Mr. Trump’s team urged Republicans close to him to start making statements, and soon his allies obliged: Representative Jim Jordan of Ohio, Chairman of the Judiciary Committee House of Representatives, wrote on Twitter: “A sad day for America. God bless President Trump.”

Speaker Kevin McCarthy went further, calling it a “dark day” and vowing, “Republicans in the House will be held accountable for this blatant weaponization of power.”

Mr. Trump’s besieging in Bedminster by his political circles and media, rather than by most of his lawyers, reflects both uncertainty about when the charges may have occurred and how he Trump is constantly approaching his legal challenges.

His political advisers have been preparing for weeks to exploit the federal indictment to full effect. His team has made federal law enforcement actions against him a core part of its fundraising strategy. Online fundraising – long a lifeline of Mr Trump’s politics as senior Republican donors have largely shunned him – has dried up for all candidates. Republicans over the past few years, including Mr. Trump.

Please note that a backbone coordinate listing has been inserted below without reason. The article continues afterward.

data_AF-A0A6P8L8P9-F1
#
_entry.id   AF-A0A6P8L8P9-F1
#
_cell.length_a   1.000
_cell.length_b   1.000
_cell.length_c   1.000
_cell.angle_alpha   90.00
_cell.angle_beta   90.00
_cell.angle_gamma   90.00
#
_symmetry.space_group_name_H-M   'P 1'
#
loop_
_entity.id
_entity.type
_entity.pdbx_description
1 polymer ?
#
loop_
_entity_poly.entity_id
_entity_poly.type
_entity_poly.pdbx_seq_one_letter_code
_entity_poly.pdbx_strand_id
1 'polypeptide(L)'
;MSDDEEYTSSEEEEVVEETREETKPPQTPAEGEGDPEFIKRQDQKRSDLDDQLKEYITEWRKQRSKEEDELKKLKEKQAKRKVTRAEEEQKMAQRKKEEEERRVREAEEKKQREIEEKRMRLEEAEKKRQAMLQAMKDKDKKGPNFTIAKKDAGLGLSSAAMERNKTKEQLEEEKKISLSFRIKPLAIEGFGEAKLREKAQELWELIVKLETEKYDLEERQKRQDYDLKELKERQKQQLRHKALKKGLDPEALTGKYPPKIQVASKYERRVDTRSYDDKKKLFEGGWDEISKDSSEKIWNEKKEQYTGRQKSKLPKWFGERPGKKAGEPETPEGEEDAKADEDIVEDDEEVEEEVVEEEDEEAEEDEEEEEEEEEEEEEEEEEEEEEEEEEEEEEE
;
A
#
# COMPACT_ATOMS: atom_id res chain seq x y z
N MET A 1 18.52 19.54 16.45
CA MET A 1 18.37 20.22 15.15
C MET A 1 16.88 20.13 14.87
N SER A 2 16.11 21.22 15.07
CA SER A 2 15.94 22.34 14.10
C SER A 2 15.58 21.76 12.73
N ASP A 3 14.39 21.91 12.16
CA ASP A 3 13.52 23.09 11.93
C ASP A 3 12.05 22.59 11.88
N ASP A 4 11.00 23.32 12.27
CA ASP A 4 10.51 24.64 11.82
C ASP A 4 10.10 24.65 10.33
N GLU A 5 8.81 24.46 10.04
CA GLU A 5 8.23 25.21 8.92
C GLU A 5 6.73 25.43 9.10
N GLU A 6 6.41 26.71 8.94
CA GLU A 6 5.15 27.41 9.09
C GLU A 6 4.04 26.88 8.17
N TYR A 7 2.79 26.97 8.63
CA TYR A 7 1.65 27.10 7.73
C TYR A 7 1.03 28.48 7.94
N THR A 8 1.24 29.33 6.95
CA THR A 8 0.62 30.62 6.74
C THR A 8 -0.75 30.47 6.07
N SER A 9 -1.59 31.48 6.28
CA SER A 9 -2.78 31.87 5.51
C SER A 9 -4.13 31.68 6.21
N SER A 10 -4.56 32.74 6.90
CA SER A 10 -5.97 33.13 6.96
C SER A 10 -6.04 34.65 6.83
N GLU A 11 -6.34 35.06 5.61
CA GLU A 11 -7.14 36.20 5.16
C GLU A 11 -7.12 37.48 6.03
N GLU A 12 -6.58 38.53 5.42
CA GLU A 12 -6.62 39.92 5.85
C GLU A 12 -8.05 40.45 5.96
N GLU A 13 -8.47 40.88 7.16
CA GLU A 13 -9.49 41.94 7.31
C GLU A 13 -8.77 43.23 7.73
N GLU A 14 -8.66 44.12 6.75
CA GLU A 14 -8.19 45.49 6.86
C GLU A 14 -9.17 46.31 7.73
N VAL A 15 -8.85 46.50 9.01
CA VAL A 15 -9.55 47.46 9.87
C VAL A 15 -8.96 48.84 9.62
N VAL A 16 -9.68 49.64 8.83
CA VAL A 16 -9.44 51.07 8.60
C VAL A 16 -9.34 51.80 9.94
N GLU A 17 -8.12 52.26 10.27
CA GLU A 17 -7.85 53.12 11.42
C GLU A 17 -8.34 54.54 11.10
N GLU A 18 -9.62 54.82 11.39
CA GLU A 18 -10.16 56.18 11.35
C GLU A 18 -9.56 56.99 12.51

GOP donors have been exhausted by the hysterical calls to repeatedly give money to Mr. Trump to stop Democrats from undermining the nation. Today, it takes a lot of work to get the attention of such contributors; The indictments are one of the few events that rocked the establishment enough to dip into their pockets.